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Alumina & Leaded Molded Technology 3

3.1 Introduction
The packaging technologies used to manufacture or assemble three basic types of component
packages are summarized in this chapter.

The package families, described in Chapter 1, provide the functional specialization and diversity
required by device and product applications. Material and construction attributes of individual
family members are provided by the following package technologies: (1) fired ceramic, (2) pressed
ceramic, and (3) molded plastic. Intel's packaging technology using organic substrates will be
discussed in chapters 13, 14, and 15. Cartridge packaging assembly will be discussed in Chapter

Each of the three package families described in this chapter have some similar process steps but,
the packaging materials and the form factors are uniquely different.

The assembly core technology process steps (die attach, wire bond, lid seal, finish) are most
commonly used in the industry today. However, several form factor modifications, driven on one
hand by the advent of "Surface Mount Technology" (Quad Flat Pack packages and Ball Grid
Array) and on the other hand by area array package socketing requirements (Pin Grid Array) are
now the more commonly used form factors for microprocessors.

This chapter will review in detail those core packaging technologies that are common to most of
the standard IC package family types, i.e. DIPs, QFPs & Ceramic PGAs.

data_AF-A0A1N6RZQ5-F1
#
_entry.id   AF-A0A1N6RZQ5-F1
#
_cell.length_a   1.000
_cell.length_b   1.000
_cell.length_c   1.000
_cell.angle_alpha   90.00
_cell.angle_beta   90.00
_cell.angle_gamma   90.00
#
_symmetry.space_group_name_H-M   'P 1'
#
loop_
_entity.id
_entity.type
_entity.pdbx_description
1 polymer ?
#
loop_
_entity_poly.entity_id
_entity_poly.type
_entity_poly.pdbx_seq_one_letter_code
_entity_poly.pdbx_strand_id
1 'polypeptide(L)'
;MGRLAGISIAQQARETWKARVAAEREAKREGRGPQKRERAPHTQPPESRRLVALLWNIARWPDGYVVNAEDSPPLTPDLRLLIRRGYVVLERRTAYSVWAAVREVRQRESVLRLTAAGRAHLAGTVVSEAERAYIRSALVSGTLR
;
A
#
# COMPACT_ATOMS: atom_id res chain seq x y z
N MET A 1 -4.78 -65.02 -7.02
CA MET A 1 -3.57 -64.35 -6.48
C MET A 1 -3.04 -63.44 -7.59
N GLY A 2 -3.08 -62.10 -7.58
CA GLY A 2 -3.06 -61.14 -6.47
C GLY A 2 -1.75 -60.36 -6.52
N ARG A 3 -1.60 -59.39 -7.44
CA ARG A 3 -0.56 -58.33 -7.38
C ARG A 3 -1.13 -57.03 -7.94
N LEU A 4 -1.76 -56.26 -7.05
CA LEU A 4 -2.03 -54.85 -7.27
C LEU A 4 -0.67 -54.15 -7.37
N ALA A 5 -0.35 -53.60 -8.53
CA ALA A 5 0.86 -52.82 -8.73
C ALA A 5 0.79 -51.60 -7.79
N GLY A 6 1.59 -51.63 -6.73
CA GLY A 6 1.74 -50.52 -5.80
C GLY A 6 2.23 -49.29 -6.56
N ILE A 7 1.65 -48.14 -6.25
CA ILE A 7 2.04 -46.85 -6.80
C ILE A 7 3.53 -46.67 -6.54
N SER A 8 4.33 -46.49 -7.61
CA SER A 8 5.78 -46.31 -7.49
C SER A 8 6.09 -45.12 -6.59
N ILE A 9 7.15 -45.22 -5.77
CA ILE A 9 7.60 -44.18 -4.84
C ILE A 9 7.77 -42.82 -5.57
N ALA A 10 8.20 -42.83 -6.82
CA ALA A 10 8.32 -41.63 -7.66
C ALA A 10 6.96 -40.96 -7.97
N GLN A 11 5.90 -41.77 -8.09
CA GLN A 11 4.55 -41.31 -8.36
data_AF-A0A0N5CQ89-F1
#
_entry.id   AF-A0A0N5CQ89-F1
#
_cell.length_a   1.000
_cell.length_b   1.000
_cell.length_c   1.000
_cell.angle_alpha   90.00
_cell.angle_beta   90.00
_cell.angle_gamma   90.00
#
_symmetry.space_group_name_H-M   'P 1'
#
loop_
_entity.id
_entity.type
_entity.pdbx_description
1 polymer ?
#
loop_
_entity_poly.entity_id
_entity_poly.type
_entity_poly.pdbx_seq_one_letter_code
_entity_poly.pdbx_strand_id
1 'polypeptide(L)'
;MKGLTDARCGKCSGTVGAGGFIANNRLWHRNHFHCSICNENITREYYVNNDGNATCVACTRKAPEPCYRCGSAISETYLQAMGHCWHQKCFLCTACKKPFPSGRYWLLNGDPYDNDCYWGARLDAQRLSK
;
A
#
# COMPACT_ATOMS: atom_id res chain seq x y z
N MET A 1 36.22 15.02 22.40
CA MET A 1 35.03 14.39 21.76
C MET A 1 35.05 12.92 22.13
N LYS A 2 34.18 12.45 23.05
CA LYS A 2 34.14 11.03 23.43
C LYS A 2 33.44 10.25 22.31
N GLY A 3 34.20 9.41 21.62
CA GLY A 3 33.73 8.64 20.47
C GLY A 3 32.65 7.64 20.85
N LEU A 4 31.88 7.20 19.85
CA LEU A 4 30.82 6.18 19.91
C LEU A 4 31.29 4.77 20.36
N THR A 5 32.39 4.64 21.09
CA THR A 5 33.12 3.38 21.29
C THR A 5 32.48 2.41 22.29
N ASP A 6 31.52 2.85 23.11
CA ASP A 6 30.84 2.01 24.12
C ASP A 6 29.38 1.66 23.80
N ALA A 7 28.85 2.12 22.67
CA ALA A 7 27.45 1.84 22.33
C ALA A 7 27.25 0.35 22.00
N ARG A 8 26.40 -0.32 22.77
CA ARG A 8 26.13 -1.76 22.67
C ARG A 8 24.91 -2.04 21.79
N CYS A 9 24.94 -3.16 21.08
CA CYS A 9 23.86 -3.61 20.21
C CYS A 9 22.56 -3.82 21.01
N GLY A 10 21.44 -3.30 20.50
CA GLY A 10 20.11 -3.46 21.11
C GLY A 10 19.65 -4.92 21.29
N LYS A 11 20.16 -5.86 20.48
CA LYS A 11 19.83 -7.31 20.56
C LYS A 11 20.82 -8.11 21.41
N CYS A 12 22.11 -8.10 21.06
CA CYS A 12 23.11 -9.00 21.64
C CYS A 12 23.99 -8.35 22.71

3.2 Die Preparation
Intel's die preparation consists of wafer mount and wafer saw process. Intel protects the active
surface of wafers from handling-induced defects by using a contactless wafer mounting process.
The wafer is mounted to a mylar tape to ensure the die is in place during and after sawing process.
The mounted wafer is sawn into singulated die followed by high pressure deionized (DI) water
wash. The wafer wash process is properly characterized to ensure no silicon dust and static charge
build-up which will induce passivation damage. Intel uses 100% wafer saw through process to
prevent die chipping.

3.3 Die Attach
For these packages Intel uses two categories of die attach adhesive materials: (1) adhesives, both
organic and inorganic; and (2) hard solders (gold-silicon eutectic). The choice of die attach
material depends on the specific applications and its compatibility with the particular packaging
technologies to ensure the highest levels of reliability performance. Table 3-1 and Table 3-2
summarize the die attach materials used by package technology.

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Table 3-1. Die Attach Materials by Package Technology
Package Technology Die Attach Material Type

Pressed Alumina Ceramic Silver-Filled Glass Inorganic Adhesive
Laminated Alumina Ceramic Gold-Silicon Eutectic Hard Solder
(PGA, CQFP, Side-Braze) Silver-Filled Cyanate Ester Organic Adhesive
Molded Plastic Silver-Filled Epoxy Organic Adhesive

Table 3-2. Die Attach Material Summary

Silver-Filled Epoxy/
Au-Si Cyanate Ester

Wafer Backside Metallization for Die Required Not Required Not Required
Wafer Backside Metallization for Not Required Required Required
Ohmic Contact
Thermal Dissipation Good Good Fair
Electrical Conductivity Good Good Fair
Lead Frame Compatibility N/A N/A Good
Substrate Metallization Compatibility
(a) Gold
(b) Silver Good Poor Good
(c) A12O3 Good Good Good
N/A Good N/A

Figure 3-1 through Figure 3-4 are schematic cross-sections through each of the different die attach
systems currently in use at Intel, for example, gold/silicon eutectic, silver-filled glass, and silver
filled organic adhesives, epoxy, and cyanate ester. The components of each system are identified.

Figure 3-1. Gold-Silicon Eutectic

Gold/Silicon Eutectic Alloy


Silver or Gold Reaction Zone
Thick-Film Metalization (Metallurgical Bond)


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Figure 3-2. Silver-Filled Glass

Silver-Filled Glass





Figure 3-3. Silver-Filled Cyanate Ester

Silver-Filled Cyanate Ester



240818-35 A5590-01